March 3, 2023 6:00am

Ranked Choice Voting, Greater Idaho, and Higher Education

Idaho lawmakers have considered an avalanche of bills in recent weeks – some with big potential impacts on Idahoans.

Photo of Melissa Davlin
Boise, ID Correspondent

Idaho lawmakers have considered an avalanche of bills in recent weeks – some with big potential impacts on Idahoans.

This month, we asked Power Poll Treasure Valley participants about proposals on ranked choice voting, Greater Idaho, and a grant program for graduating high school seniors.

The House State Affairs Committee passed a bill Thursday that would preemptively ban ranked choice voting from Idaho. The form of voting has gained popularity in some states across the nation. In races in which there are three or more candidates, it allows voters to choose candidates in order of preference instead of voting for just one.

Bill sponsor Rep. Dale Hawkins, R-Fernwood, claimed ranked choice voting causes confusion for voters. “This is a voting system that is spreading around the country, I would say a little like a virus,” he told the committee on Thursday.

But other jurisdictions have found that ranked choice voting is popular among their residents. After a test run in Utah County, Utah, in 2019, a survey showed 82 percent of residents wanted to use ranked choice voting again in the future.

We asked Power Poll respondents if they agreed with Hawkins’ bill. Of those who responded, 22 percent said Idaho should ban ranked choice voting, while 53 percent said the state should leave the door open for the possibility in the future. Another 25 percent said they weren’t sure.

The Greater Idaho movement continues to generate chatter in the Idaho legislature, and in some parts of Oregon. The proposal would move the boundary between Oregon and Idaho, absorbing all or part of 17 counties into Idaho. The idea, proponents say, is those eastern counties are more politically and culturally aligned with conservative Idaho than liberal western Oregon. So far, 11 of those Oregon counties have voted in favor of joining Idaho in non-binding votes.

In February, the Idaho House passed a memorial calling for formal talks on Greater Idaho between the Idaho and Oregon legislatures.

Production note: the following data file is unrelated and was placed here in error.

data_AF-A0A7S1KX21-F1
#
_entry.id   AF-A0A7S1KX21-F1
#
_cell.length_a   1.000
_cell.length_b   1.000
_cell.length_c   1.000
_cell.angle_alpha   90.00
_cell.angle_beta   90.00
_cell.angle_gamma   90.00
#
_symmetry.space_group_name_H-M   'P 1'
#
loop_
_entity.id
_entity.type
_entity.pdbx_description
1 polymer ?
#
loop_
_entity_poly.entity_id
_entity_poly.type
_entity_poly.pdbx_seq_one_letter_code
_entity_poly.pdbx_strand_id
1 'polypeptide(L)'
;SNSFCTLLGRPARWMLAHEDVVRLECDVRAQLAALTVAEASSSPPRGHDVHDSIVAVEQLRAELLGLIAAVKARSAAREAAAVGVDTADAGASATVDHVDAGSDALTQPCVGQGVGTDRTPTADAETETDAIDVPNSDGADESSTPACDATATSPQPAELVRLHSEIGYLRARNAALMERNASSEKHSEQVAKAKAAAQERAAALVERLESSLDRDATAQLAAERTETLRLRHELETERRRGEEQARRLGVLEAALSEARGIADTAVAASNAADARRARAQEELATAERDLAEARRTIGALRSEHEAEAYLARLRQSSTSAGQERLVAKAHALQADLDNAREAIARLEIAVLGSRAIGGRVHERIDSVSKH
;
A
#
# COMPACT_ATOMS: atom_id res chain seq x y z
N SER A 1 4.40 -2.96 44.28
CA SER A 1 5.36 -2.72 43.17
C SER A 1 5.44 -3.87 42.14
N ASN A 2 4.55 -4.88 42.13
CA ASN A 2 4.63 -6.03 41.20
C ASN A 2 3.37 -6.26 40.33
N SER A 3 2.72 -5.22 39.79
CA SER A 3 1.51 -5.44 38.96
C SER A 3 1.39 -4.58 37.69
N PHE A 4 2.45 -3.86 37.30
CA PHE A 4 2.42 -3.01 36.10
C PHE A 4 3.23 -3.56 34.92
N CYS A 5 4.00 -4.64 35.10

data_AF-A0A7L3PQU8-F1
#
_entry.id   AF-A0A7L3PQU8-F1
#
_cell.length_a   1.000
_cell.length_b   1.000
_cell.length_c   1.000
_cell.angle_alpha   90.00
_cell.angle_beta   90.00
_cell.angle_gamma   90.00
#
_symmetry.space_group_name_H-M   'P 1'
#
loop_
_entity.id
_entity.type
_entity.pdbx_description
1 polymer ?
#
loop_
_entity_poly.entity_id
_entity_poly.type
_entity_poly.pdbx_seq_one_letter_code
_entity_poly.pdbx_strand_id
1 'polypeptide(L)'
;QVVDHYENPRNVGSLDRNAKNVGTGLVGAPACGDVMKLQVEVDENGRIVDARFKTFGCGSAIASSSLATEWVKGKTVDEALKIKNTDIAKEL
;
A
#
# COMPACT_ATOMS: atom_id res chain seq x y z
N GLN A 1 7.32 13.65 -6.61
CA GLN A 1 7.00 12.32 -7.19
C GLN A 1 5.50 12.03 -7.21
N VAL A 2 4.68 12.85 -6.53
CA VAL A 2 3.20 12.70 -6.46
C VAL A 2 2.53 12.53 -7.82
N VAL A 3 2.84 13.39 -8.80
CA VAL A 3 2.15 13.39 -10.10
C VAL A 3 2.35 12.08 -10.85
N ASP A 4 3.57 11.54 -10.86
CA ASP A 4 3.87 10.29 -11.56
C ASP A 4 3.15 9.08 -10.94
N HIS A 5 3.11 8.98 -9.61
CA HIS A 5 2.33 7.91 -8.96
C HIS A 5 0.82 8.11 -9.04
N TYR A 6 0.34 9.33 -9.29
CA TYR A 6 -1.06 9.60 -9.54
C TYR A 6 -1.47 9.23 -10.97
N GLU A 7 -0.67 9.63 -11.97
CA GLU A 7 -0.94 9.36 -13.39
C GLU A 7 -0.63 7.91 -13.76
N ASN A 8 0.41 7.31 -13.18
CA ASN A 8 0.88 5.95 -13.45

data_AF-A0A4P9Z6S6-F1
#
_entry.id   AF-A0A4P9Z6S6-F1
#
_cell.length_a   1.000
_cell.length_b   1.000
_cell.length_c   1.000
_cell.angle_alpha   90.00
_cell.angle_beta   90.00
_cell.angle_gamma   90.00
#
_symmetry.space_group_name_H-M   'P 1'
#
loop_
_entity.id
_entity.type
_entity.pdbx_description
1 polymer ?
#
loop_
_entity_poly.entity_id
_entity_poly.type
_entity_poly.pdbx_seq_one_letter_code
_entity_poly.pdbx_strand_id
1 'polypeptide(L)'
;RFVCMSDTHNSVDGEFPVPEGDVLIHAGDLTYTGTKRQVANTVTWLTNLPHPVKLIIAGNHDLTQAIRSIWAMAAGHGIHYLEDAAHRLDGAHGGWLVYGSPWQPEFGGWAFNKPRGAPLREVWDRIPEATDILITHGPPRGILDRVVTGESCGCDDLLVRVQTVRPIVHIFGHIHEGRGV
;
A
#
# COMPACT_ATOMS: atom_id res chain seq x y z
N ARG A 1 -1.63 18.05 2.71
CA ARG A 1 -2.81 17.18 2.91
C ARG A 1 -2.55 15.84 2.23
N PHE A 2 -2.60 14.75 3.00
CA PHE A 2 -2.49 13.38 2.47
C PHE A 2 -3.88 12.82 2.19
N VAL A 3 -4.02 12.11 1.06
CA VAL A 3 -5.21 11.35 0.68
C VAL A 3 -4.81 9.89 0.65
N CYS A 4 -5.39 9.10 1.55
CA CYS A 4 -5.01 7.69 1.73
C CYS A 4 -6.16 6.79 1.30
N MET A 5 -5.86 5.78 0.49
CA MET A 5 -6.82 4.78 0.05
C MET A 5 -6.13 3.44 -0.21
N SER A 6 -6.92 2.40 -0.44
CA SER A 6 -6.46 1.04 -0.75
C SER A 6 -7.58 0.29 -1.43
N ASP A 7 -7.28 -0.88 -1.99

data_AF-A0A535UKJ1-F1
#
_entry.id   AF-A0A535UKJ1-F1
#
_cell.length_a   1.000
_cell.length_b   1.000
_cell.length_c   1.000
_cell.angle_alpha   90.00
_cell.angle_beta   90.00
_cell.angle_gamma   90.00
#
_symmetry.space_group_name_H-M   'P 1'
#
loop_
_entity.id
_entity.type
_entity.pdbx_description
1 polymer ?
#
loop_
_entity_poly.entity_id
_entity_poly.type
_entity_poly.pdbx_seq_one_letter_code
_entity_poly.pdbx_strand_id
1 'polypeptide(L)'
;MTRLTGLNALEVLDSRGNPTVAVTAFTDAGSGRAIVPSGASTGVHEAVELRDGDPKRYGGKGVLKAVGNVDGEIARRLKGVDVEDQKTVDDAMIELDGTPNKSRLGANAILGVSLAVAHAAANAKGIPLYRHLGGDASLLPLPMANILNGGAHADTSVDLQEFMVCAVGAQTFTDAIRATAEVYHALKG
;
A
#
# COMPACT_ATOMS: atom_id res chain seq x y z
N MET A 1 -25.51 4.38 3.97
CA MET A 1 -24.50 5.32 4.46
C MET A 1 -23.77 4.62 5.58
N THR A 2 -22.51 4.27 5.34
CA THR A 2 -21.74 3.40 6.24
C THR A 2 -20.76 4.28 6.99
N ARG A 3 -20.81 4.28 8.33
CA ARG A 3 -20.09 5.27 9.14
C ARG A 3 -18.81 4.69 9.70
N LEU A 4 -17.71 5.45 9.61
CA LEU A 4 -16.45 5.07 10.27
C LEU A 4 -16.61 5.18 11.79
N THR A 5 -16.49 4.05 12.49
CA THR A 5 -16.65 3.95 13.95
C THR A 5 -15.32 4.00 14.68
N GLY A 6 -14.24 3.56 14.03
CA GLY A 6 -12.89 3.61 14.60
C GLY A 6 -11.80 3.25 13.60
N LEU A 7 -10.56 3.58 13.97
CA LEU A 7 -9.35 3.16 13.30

We asked Power Poll Treasure Valley participants if they support those discussions. Of those who responded, 24 percent said yes, while 66 said no. Another 10 percent said they weren’t sure.

One of the highlights of Gov. Brad Little’s State of the State pitch was his proposed expansion of the Idaho Launch program.

The proposal would give $8,500 grants to graduating seniors who pursue higher education or career training for certain in-demand careers.

The Idaho Launch expansion has been at the center of multiple high-profile debates this legislative session, first after it narrowly passed the House by one vote, and then after some senators objected to Senate leadership sending it to the Commerce and Human Resources Committee instead of the Education Committee, knowing it had a better chance of surviving the former. The bill awaits a hearing in the Senate.

We asked Power Poll participants what they thought of the program. Of those who responded, 68 percent said they support the idea, while 15 percent said they oppose it. Another 18 percent said they aren’t sure.

About Power Poll: Power Poll asks questions of the most powerful, influential people in U.S. cities. It is not a scientific survey. But because the people responding to the surveys comprise the leadership structure of their cities, the results afford a fascinating glimpse into the thoughts, opinions, and beliefs of those in a position to make change. Power Poll is distinctly nonpartisan.

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